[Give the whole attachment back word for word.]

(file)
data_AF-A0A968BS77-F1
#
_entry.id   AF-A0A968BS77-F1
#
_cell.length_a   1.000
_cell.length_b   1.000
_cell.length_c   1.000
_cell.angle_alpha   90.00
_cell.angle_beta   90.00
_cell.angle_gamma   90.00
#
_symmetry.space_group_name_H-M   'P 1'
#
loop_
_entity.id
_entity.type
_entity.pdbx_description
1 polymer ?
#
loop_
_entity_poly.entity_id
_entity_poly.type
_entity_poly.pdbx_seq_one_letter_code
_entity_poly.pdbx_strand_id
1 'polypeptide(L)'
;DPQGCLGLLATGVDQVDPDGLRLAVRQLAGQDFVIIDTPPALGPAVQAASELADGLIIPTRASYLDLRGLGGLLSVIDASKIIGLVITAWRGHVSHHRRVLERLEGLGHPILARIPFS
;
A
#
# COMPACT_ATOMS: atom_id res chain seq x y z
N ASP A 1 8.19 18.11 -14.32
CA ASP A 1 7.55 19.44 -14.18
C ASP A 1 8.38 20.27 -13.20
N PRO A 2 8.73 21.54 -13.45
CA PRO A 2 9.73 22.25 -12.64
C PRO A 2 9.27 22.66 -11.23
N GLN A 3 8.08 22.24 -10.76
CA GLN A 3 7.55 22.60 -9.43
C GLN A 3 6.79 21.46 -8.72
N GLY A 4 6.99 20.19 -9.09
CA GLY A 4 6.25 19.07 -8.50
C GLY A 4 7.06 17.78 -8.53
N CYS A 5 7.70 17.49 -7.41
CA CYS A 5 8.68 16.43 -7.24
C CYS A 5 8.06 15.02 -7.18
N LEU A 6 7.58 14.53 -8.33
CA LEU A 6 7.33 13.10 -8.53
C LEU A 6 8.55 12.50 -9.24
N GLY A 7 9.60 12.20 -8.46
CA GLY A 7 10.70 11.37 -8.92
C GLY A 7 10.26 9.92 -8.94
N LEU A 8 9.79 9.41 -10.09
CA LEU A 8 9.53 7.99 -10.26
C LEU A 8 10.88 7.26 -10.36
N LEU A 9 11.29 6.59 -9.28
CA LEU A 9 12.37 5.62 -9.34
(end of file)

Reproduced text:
data_AF-A0A968BS77-F1
#
_entry.id   AF-A0A968BS77-F1
#
_cell.length_a   1.000
_cell.length_b   1.000
_cell.length_c   1.000
_cell.angle_alpha   90.00
_cell.angle_beta   90.00
_cell.angle_gamma   90.00
#
_symmetry.space_group_name_H-M   'P 1'
#
loop_
_entity.id
_entity.type
_entity.pdbx_description
1 polymer ?
#
loop_
_entity_poly.entity_id
_entity_poly.type
_entity_poly.pdbx_seq_one_letter_code
_entity_poly.pdbx_strand_id
1 'polypeptide(L)'
;DPQGCLGLLATGVDQVDPDGLRLAVRQLAGQDFVIIDTPPALGPAVQAASELADGLIIPTRASYLDLRGLGGLLSVIDASKIIGLVITAWRGHVSHHRRVLERLEGLGHPILARIPFS
;
A
#
# COMPACT_ATOMS: atom_id res chain seq x y z
N ASP A 1 8.19 18.11 -14.32
CA ASP A 1 7.55 19.44 -14.18
C ASP A 1 8.38 20.27 -13.20
N PRO A 2 8.73 21.54 -13.45
CA PRO A 2 9.73 22.25 -12.64
C PRO A 2 9.27 22.66 -11.23
N GLN A 3 8.08 22.24 -10.76
CA GLN A 3 7.55 22.60 -9.43
C GLN A 3 6.79 21.46 -8.72
N GLY A 4 6.99 20.19 -9.09
CA GLY A 4 6.25 19.07 -8.50
C GLY A 4 7.06 17.78 -8.53
N CYS A 5 7.70 17.49 -7.41
CA CYS A 5 8.68 16.43 -7.24
C CYS A 5 8.06 15.02 -7.18
N LEU A 6 7.58 14.53 -8.33
CA LEU A 6 7.33 13.10 -8.53
C LEU A 6 8.55 12.50 -9.24
N GLY A 7 9.60 12.20 -8.46
CA GLY A 7 10.70 11.37 -8.92
C GLY A 7 10.26 9.92 -8.94
N LEU A 8 9.79 9.41 -10.09
CA LEU A 8 9.53 7.99 -10.26
C LEU A 8 10.88 7.26 -10.36
N LEU A 9 11.29 6.59 -9.28
CA LEU A 9 12.37 5.62 -9.34